THE Ndokwa ethnic group, one of the major oil and gas blocks in the Delta State axis of Nigeria’s Niger Delta, have again cried out against the operations of oil mining corporations in their communities. They alleged that the ”unwholesome environmental standard” of the Italian oil major, Agip, was killing their people, and stalling good crop yields.
They are also claiming that there is a widespread of strange diseases hitherto unknown to them, which they strongly believe, are linked to oil pollution. In all these, they are seeing Agip as an oil company that is bent on fueling violent communal crises in the area.
But officials of the oil corporation in a swift reaction in Port Harcourt, theRivers State capital, said Agip is one of the few good and responsible corporate citizens in the oil region that painstakingly pursues peace with its host communities.
Ndokwa delegates at a regional conference on the extractive industry with focus on Agip, organised by the country’s foremost environmental rights advocacy organisation, Environmental Rights Action (ERA), opened up on the Italian oil giant, insisting that there is an urgent need for the company to stop grooming anger in Ndokwaland.
Spokesman for the Ndokwa delegates and Co-ordinator of Organised Ndokwa Effort (ONE), Rodney Odili-Obi, told the conference that their area which has three local government areas: Ndokwa-West, Ndokwa-East and Ukwuani, is a major oil and gas producing belt.
The area, according to them, harbours over two billion barrels of proven crude oil, and 10 trillion cubic feet of natural gas. Going by the extant seismic, geological and drilling data, Ndokwa is the home of the largest non-associated gas reserves in West Africa, with 80 million standard cubic feet of gas daily.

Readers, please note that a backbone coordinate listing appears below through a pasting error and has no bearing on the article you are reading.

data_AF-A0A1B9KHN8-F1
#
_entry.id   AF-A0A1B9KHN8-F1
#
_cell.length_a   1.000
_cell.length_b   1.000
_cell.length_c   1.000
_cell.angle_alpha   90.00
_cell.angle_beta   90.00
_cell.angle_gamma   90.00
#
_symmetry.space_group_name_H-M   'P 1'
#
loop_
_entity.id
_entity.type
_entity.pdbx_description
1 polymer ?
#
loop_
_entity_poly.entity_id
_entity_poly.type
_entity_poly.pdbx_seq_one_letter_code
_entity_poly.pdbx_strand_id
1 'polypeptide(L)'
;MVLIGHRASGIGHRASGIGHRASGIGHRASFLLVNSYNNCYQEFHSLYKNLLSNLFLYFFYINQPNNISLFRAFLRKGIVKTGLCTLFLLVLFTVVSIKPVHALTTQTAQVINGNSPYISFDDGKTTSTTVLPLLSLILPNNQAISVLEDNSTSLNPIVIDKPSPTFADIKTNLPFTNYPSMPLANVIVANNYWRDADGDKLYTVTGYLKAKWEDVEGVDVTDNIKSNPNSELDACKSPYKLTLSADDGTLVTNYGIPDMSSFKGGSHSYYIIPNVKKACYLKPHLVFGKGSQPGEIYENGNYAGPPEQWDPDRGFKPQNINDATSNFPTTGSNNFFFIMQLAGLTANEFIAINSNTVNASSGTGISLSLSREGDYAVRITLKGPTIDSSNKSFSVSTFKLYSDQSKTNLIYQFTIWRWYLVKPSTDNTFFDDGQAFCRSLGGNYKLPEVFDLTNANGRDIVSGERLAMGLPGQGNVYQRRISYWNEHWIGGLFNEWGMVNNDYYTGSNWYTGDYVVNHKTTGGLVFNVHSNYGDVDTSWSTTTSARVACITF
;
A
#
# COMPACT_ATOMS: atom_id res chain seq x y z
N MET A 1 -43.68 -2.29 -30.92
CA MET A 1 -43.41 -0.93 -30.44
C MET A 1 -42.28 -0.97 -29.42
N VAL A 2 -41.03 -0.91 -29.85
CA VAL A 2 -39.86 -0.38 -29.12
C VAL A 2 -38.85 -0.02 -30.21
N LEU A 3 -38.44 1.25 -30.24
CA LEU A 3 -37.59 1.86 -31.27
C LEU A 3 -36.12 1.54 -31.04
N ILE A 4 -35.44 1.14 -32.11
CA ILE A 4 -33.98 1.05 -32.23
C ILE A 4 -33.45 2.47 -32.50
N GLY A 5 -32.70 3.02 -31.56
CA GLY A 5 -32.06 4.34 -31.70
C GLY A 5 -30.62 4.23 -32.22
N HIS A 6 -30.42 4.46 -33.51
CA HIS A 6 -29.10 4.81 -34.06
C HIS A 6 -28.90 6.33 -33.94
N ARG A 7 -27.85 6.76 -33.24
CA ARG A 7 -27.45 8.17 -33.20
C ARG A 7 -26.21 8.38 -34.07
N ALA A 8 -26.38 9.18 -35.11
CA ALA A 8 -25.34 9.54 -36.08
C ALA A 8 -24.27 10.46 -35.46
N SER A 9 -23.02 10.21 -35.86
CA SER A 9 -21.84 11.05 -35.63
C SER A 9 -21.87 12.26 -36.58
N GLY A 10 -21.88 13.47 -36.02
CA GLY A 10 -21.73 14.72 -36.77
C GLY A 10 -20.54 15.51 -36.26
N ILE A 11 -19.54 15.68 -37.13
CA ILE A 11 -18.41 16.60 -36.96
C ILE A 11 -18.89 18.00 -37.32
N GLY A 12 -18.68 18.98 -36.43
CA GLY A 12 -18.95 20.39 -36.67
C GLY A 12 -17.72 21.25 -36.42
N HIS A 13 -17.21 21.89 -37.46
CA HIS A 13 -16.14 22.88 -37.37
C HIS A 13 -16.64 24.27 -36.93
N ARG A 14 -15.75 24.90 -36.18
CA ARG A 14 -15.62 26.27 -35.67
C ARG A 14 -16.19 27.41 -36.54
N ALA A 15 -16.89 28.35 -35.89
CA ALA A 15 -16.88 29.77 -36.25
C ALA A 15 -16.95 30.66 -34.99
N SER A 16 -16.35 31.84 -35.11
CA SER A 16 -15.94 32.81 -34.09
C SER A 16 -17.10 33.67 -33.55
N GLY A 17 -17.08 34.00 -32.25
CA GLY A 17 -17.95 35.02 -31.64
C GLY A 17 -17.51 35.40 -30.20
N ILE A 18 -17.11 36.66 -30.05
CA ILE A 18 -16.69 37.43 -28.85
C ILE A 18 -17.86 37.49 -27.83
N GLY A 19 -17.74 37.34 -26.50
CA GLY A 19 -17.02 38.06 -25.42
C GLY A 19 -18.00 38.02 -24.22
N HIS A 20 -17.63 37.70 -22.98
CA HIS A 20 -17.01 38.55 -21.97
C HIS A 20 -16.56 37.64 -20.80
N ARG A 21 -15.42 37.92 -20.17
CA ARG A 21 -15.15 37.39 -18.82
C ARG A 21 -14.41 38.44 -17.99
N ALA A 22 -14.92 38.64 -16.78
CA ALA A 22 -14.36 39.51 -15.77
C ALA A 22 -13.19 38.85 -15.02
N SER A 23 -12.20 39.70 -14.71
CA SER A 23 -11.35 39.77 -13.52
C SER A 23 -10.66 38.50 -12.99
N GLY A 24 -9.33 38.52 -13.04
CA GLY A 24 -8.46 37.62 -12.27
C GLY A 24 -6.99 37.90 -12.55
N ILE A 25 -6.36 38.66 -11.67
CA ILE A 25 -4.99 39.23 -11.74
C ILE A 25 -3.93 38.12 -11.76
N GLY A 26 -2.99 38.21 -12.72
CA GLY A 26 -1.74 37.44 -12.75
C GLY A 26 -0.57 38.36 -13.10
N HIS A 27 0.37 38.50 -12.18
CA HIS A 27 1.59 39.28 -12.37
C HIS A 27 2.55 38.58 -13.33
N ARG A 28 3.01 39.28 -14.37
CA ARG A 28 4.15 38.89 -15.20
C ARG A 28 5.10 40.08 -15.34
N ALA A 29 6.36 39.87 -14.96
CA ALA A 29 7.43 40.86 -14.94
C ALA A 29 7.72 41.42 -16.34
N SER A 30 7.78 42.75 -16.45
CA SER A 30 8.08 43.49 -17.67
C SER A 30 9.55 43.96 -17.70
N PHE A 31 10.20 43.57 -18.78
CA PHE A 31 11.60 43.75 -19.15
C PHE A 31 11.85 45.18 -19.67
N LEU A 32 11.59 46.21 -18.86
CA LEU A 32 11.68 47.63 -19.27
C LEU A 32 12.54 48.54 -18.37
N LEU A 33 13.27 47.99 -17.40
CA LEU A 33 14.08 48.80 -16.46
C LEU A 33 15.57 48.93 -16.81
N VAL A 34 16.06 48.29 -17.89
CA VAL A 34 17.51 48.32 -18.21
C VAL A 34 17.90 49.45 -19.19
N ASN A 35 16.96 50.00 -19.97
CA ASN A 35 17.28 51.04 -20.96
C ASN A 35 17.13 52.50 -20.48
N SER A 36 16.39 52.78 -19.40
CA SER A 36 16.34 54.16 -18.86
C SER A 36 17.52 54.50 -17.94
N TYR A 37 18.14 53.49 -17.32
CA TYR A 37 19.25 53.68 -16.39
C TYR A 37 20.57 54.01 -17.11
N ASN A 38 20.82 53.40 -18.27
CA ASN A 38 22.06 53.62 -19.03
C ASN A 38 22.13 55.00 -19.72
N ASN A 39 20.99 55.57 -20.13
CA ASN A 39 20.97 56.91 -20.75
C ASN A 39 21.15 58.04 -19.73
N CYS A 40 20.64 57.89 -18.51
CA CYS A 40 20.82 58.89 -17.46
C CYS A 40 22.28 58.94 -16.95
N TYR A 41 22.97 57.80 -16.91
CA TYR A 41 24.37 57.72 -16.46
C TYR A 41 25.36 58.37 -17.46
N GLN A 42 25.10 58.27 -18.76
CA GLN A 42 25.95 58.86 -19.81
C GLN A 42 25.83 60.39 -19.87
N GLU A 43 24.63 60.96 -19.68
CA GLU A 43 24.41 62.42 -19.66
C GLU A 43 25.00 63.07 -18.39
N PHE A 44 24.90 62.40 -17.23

Harping on their accusation of the oil major, they said, ”it is needless for Agip to push Ndokwa people too hard thereby enhancing violent relations. If their action is not checked now, sooner or later the boomerang may result in avoidable infrastructural damages of its facilities and expensive reconstruction of the plant as debris of bitter lessons”.
Ndokwa leaders said they have continued to prevail on their unsettled youths from resorting to violent demonstrations, protests and armed militia which they unfortunately, tend to see as a viable option. Adding, they said, ”Ndokwa has remained peaceful despite the continued provocative environmental abuses and the negative impact arising from oil and gas mining operations in our communities and the non-step down of power from the Kwale-Okpai Independent Power Project (IPP) to us
”Let those who hate deprivations in their own communities understand the injustice of deprivation in our land. There are also many terrible problems of waste discharge, oil spills and gas flares”.
Continuing, they said, ”radiative substances from drilling wastes are causing unexplained deaths in our communities. Wastes like shales and sand stone are brought to surface and dumped in our ponds, lakes and farmlands. During flood season, these are spread far and wide. Also, toxic chemicals used in drilling wells are part of the problems.
”Gas flaring releases toxic components and poisonous chemicals to our nearby communities. Cases of asthma is now rampant in our communities, and infertility is rising too, thus threatening our population. Chronic bronchitis and blood related diseases not known to our people are the order of the day. Gas flaring also causes acid rain. Our people collect this acid water for drinking.
”Massive oil spills in Ndokwa are caused by aged corroded pipelines. Effects include contamination of ground water, death of fish population, loss of cassava and yam plantations, destruction of vegetation, cause of acid soil and low crop yield, making our people poorer”. ENDS